COVID-19 has led scientists to search for the right vaccine that will help us end this pandemic. The newest forms of vaccines are being developed meticulously, informed by centuries of vaccine research, and have shown great promise. While all the scientific news may seem overwhelming, it’s important to note that vaccines have long aided our fight in eradicating diseases, among them smallpox and polio. All vaccines introduce viral components or “antigens” to our immune system, and in response we produce antibodies. Binding of the antibodies to the antigens can both block a virus from infecting...

MISSY HOLLAND OF Bristol feels that the COVID-19 pandemic has taken away the ability to act spontaneously, but she has adjusted. Recently she drove through parts of Vermont she hadn't previously seen and enjoyed having a new experience, something the pandemic has made difficult to find.
Missy Holland, like most Vermonters, has been spending time at home in Bristol during the COVID-19 pandemic, navigating the world of virtual interaction over Zoom and finding time to walk with friends (physically distanced and masked, of course). A retired higher education administrator and a trustee of the Rokeby Museum in Ferrisburgh, Holland has called Vermont her home for the past 10 years, although she still travels to New York City, where she also has a home. Her interest in being interviewed for this project on the COVID-19 pandemic stems from wanting to help students complete projects...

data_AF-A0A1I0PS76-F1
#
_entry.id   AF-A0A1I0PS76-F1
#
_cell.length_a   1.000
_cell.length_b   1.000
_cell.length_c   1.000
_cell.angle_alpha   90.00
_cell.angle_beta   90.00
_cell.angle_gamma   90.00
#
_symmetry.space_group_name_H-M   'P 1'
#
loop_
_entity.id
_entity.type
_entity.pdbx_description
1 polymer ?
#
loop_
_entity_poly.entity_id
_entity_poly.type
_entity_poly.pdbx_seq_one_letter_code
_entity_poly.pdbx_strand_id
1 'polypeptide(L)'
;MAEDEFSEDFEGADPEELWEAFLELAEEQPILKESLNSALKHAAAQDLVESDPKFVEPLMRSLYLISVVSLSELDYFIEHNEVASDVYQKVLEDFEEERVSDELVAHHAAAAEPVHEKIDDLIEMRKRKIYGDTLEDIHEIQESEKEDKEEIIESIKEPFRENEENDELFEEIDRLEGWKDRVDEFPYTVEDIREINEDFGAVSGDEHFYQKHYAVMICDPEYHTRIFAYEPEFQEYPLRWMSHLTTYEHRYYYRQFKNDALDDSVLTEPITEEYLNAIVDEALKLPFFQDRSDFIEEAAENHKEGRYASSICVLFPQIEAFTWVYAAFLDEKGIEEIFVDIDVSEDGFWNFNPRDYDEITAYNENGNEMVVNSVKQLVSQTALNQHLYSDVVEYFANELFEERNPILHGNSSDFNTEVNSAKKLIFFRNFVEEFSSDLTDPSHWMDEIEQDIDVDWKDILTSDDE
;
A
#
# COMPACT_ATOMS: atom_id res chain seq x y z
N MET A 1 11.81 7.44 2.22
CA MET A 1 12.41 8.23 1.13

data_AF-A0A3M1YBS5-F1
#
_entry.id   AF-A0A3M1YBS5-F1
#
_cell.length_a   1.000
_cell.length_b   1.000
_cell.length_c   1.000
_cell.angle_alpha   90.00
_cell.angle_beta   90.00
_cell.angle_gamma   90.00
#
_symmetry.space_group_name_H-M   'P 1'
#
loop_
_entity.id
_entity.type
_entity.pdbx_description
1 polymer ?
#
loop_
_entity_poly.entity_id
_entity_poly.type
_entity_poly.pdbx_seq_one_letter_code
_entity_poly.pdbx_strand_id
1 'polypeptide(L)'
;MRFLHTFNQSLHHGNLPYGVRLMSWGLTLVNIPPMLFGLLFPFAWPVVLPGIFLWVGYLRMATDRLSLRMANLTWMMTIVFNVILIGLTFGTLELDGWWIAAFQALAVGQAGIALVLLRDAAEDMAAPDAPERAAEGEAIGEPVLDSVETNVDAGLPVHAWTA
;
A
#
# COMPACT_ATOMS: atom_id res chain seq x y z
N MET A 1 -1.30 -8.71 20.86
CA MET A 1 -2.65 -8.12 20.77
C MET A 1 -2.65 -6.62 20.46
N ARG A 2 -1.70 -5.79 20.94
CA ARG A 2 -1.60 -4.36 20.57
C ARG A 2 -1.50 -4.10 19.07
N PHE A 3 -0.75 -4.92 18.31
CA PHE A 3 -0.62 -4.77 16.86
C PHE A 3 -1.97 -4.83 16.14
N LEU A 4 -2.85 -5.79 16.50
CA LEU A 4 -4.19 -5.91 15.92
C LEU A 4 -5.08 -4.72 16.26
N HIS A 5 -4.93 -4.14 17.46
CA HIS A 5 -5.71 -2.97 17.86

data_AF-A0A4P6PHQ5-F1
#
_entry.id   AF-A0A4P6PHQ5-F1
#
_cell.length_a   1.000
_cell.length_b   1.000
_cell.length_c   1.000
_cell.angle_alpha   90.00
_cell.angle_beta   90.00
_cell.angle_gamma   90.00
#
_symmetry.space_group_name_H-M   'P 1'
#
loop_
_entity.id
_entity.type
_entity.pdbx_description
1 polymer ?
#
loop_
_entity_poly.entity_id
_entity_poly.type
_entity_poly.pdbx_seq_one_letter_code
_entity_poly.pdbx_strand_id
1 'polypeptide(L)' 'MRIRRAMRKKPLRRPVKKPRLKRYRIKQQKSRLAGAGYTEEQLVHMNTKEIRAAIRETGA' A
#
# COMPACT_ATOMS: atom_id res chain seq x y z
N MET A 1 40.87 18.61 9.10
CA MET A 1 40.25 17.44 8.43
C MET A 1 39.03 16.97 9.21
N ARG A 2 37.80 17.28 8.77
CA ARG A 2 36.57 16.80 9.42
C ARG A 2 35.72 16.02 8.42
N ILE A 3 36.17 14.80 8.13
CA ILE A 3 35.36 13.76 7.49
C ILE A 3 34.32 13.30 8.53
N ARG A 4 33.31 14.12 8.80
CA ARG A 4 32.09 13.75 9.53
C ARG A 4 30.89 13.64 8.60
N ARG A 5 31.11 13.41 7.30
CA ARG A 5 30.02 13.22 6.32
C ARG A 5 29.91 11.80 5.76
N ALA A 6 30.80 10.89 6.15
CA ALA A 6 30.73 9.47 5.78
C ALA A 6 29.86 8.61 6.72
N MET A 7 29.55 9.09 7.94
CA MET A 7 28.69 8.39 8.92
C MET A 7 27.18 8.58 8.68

Racism is a belief system that cannot be completely eradicated. Although many institutions, public health administration, racial justice organizations, and individuals work to take actions against racism, it is still prevalent in the United States. And this year, we, as a country, took a step back from creating a safe and fair environment for the people of color (POCs). Innumerable incidents this year resulting from the pandemic illustrate that racism is still a serious issue in the United States. Because the origin of the coronavirus was China, the stereotype developed that Asians and Asian-...
Students in a biochemistry course at Middlebury College, in developing the COVID and Community stories, developed and distributed a survey about COVID-19 in fall 2020. The survey was open from Oct. 29 through Nov. 17. They received responses from 349 participants. Below are aggregated data from the survey.   1) In what town in Addison County do you reside? 2) Rate your concern about COVID-19 on a scale of 1-10. 1 being not concerned and 10 being extremely concerned. 3) On a scale of 1 to 5 (1 being insufficient, 5 being excessive), rate the safety precautions (i.e., physical distancing,...
A COVID-19 vaccine is likely the most efficient way to fight the coronavirus pandemic and return to normalcy. However, vaccines typically require years of development before wide distribution. The fastest vaccine development prior to Pfizer’s COVID-19 vaccine was that for mumps, which took four years. The typical vaccine takes about a decade or longer (12 to 14 years). Researchers expedited development of a COVID-19 vaccine, so people can receive a vaccine as soon as possible. In light of concerns about the potential health risks of an accelerated vaccine, we hope to explain how vaccine can...